I got my sister and her husband a deluxe shredder, which was the only gift on their list to me. They got me three things from my Amazon.com wish list: a wireless mouse (yay, I needed another one), a carbon monoxide and smoke alarm, and a replacement for my falling-apart Sleepmate white-noise sound machine. YAY! They also gave me part of a box of Dale and Thomas' 12-Pack Sampler of various "flavors" of delicious popcorns, not to mention a boatload of leftovers to "re-enjoy" Christmas dinner again with Robert on Saturday.

I gave Vivian and Jeff a gift bag from Robert, with Stiff in it and a box of Trader Joe French Truffles. They gave me a gift bag to take back to Robert.

Back at home, I took a couple-hour nap in anticipation of checking on Trailer Park Prize Night tonight. It was odd, in my mind I was going out all night, but then at about 11:00, I started watching some TED videos, and I ended up just staying in. I kept saying, "I'd better get going," and then, "Why? It's going to be nuts-to-butts in there tonight, which means the smoke will be ridiculous, and that show mostly just gets on my nerves." I settled right down into my leather couch and enjoyed some "intellectsual stimulasion."

I watched these TED videos:

Johnny Lee: Creating tech marvels out of a $40 Wii Remote (5:40)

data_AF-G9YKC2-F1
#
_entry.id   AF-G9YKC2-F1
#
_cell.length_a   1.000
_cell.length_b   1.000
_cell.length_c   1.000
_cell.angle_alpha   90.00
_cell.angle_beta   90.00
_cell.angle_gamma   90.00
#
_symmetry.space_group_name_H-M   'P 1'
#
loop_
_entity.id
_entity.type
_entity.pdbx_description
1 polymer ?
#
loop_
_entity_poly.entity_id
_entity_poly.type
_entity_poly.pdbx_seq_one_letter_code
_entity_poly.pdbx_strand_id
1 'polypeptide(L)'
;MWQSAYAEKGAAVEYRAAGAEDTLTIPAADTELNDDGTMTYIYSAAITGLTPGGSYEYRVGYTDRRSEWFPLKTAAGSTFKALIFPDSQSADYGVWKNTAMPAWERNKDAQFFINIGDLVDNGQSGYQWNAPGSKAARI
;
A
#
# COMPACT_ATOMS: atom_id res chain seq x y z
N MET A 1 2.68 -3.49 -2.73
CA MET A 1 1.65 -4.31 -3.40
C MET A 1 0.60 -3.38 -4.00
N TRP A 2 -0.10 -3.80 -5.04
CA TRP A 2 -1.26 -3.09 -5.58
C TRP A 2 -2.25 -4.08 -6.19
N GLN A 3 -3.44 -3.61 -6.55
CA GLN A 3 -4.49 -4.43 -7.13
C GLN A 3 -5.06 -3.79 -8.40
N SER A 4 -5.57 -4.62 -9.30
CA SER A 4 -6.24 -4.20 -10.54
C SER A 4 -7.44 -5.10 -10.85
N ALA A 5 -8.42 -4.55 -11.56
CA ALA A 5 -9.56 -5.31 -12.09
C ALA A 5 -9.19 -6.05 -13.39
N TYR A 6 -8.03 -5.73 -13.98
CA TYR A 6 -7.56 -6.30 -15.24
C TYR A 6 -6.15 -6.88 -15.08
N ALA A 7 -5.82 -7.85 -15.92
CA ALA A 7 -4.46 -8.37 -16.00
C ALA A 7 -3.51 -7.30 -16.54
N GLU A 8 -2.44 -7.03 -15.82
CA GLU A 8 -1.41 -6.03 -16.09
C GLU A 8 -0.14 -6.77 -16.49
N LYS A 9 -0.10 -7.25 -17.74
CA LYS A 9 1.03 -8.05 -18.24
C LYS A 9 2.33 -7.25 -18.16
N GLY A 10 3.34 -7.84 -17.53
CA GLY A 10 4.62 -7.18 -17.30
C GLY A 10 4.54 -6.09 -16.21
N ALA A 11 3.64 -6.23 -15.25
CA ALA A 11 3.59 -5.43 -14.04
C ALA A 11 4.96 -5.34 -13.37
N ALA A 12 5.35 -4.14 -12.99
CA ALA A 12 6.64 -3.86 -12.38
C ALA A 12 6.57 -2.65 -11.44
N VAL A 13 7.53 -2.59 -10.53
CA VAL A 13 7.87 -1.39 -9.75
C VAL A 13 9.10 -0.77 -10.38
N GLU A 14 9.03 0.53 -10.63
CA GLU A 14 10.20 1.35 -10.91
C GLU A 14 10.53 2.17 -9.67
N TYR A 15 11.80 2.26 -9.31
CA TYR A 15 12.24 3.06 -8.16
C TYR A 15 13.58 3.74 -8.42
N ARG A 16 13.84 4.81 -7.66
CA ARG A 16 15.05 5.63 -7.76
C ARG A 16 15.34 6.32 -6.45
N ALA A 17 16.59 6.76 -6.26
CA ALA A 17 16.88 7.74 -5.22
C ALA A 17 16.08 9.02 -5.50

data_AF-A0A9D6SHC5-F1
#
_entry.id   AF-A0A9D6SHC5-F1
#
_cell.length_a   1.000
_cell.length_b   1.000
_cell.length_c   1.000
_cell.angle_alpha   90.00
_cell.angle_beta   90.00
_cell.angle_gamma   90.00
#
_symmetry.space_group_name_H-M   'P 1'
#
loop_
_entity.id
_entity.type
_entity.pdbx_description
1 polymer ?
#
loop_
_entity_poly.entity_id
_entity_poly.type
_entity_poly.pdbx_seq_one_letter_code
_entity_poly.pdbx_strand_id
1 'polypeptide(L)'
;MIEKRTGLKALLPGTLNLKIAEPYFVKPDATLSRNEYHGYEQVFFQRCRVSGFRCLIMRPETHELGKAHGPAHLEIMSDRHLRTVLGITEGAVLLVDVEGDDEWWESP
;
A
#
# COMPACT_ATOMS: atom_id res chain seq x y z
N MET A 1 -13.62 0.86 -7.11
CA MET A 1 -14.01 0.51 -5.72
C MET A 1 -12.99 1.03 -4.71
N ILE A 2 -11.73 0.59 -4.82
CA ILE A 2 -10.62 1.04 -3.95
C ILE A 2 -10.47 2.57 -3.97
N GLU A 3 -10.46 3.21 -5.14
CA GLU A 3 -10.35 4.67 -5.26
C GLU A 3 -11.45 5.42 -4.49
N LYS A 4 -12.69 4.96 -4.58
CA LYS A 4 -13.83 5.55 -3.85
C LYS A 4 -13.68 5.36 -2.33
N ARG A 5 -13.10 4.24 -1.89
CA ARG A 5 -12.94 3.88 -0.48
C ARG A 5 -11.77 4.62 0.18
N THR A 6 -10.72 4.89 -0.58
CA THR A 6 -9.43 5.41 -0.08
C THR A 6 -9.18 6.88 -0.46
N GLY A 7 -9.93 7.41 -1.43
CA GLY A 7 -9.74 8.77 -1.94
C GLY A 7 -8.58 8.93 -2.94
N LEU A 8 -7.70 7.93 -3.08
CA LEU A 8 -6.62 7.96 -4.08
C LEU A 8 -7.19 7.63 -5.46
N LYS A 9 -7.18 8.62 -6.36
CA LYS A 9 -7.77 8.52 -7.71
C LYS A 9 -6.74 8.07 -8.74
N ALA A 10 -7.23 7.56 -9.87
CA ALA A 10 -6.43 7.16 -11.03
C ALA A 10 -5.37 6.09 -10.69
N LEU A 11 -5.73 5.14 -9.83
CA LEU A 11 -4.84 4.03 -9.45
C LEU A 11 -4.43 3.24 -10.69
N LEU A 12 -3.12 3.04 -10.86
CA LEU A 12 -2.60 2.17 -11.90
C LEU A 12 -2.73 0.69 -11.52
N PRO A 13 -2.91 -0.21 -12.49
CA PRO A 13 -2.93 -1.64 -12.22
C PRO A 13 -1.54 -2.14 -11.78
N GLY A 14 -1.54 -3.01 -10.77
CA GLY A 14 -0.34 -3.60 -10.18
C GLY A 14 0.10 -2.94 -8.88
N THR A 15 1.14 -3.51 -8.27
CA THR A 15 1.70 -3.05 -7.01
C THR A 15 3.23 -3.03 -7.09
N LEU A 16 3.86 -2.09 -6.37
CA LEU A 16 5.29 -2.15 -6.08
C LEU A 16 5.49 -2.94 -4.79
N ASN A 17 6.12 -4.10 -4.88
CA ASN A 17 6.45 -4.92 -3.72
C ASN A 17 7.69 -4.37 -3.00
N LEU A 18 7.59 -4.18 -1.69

Building sophisticated educational tools out of cheap parts, Johnny Lee demos his cool Wii Remote hacks, which turn the $40 video game controller into a digital whiteboard (which generally cost in the thousands of dollars), a touchscreen and a head-mounted 3-D viewer.

Arthur Benjamin: Lightning calculation and other "Mathemagic" (15:14)
In a lively show, mathemagician Arthur Benjamin races a team of calculators to figure out 3-digit squares, solves another massive mental equation and guesses a few birthdays. How does he do it? He’ll tell you.

Sir Ken Robinson: Do schools kill creativity? (19:24)
Sir Ken Robinson makes an entertaining and profoundly moving case for creating an education system that nurtures (rather than undermines) creativity.

Tony Robbins: Why we do what we do, and how we can do it better (21:45)
Tony Robbins discusses the "invisible forces" that motivate everyone's actions—and high-fives Al Gore in the front row.

Dan Gilbert: Exploring the frontiers of happiness (33:28)
Dan Gilbert presents research and data from his exploration of happiness -- sharing some surprising tests and experiments that you can also try on yourself. Watch through to the end for a sparkling Q&A with some familiar TED faces.

Blaise Aguera y Arcas: Jaw-dropping Photosynth demo (7:30)
Blaise Aguera y Arcas leads a dazzling demo of Photosynth, software that could transform the way we look at digital images. Using still photos culled from the Web, Photosynth builds breathtaking dreamscapes and lets us navigate them.

Jennifer 8. Lee: Who was General Tso? and other mysteries of American Chinese food (16:38)
Reporter Jennifer 8. Lee talks about her hunt for the origins of familiar Chinese-American dishes -- exploring the hidden spots where these two cultures have (so tastily) combined to form a new cuisine.

That last one was arguably the least intellectual of them, but it was very entertaining. Well, it was all about the food, after all. :-)
Tags: affirmations, books, family, health, travel, video